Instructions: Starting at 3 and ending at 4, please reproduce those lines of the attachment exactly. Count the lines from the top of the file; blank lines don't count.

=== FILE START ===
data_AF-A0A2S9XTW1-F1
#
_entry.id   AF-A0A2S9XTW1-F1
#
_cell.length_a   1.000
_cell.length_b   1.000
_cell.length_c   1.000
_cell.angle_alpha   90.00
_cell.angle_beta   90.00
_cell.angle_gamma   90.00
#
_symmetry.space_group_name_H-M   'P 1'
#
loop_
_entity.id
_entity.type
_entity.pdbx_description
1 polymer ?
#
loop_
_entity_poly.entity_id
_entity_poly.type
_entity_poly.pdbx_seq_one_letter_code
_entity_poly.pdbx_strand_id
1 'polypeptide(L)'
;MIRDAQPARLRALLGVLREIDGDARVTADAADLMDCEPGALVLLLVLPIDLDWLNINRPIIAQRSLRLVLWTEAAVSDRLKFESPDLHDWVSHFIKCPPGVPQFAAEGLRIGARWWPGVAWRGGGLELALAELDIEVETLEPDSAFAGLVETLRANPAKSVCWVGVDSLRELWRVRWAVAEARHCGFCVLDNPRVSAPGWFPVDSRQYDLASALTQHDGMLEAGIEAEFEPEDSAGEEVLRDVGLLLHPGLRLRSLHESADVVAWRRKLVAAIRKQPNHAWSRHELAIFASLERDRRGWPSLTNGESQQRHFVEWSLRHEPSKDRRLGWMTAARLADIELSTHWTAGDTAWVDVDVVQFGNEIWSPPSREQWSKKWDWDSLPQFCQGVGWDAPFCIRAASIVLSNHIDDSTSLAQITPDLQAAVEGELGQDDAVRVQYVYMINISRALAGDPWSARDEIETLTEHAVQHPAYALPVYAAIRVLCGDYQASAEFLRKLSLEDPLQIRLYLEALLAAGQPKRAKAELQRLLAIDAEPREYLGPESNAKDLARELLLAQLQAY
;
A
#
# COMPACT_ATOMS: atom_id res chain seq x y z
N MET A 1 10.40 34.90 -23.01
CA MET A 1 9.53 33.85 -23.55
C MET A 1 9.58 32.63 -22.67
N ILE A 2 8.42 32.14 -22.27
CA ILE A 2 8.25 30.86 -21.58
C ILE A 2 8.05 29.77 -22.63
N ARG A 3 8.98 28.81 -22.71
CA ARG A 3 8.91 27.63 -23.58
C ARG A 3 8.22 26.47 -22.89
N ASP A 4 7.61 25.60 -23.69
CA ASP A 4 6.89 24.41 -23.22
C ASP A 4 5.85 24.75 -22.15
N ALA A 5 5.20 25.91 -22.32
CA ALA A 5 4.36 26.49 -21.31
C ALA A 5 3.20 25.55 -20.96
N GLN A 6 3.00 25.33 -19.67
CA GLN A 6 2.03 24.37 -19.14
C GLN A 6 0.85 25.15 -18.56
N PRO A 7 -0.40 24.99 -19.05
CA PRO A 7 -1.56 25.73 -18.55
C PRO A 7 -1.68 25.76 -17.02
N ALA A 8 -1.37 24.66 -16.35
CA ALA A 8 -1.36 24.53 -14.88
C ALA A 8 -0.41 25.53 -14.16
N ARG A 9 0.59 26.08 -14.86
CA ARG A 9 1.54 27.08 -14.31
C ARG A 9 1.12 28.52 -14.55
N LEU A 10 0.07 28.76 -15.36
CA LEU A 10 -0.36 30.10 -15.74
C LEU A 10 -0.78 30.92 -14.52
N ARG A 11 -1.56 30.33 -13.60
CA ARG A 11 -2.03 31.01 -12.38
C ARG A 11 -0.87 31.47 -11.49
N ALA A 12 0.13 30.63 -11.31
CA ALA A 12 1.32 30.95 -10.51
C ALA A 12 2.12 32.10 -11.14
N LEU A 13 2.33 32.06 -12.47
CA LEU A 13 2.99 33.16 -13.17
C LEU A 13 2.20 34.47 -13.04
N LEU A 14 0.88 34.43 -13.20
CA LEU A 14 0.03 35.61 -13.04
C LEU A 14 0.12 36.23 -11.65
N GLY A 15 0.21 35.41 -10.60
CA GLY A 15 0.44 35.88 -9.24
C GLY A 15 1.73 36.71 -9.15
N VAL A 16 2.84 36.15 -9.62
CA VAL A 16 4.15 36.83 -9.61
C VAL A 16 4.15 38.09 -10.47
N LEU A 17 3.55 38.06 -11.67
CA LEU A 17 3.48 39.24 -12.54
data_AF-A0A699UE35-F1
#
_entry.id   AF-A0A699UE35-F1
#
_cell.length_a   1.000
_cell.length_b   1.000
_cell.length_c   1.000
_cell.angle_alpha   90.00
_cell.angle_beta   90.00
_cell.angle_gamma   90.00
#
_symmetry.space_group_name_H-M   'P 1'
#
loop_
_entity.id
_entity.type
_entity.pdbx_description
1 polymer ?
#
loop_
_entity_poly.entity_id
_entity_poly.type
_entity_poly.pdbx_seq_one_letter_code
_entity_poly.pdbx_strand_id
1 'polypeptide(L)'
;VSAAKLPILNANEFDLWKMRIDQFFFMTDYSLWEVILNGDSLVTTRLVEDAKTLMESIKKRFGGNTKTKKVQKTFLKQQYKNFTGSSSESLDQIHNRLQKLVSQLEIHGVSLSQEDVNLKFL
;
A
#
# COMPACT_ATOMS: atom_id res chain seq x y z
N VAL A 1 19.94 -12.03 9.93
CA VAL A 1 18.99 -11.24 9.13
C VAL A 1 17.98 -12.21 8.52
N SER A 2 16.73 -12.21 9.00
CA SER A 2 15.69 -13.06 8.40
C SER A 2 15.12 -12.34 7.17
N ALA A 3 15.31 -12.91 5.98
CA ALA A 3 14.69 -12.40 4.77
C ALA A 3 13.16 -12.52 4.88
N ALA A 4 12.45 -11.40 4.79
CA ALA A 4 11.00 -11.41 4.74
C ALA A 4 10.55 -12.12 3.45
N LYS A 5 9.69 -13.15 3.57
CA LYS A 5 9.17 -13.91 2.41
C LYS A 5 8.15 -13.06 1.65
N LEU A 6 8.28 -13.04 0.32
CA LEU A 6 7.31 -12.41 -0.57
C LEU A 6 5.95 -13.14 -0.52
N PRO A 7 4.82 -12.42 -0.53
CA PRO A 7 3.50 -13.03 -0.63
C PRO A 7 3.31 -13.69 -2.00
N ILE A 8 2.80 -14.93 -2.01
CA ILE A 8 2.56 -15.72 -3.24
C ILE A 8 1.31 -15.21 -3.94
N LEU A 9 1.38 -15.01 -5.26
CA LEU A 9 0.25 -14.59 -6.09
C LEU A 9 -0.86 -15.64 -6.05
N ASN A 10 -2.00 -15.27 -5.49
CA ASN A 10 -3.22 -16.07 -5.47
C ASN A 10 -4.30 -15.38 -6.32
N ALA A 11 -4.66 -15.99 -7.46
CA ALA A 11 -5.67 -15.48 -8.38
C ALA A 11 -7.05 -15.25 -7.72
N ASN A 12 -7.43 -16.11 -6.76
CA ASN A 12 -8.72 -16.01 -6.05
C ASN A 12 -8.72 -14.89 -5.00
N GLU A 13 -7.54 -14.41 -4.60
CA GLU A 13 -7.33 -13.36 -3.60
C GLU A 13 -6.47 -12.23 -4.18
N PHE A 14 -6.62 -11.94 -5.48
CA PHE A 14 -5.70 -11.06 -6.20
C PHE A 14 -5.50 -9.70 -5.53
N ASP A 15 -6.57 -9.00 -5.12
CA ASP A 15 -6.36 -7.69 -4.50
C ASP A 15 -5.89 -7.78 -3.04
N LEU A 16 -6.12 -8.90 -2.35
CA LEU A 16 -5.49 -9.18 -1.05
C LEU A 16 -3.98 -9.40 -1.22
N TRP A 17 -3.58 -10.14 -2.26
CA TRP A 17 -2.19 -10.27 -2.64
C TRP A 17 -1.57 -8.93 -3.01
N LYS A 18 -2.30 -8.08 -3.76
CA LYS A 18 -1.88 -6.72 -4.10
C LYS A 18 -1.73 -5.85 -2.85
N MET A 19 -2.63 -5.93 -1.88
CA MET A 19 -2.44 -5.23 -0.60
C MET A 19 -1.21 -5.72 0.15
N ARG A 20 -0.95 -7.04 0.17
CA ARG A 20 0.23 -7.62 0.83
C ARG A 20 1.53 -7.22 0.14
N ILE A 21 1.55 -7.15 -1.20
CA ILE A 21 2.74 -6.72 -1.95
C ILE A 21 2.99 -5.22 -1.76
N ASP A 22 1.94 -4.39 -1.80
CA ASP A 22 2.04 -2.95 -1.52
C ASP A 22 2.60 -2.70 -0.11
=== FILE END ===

_entry.id   AF-A0A2S9XTW1-F1
#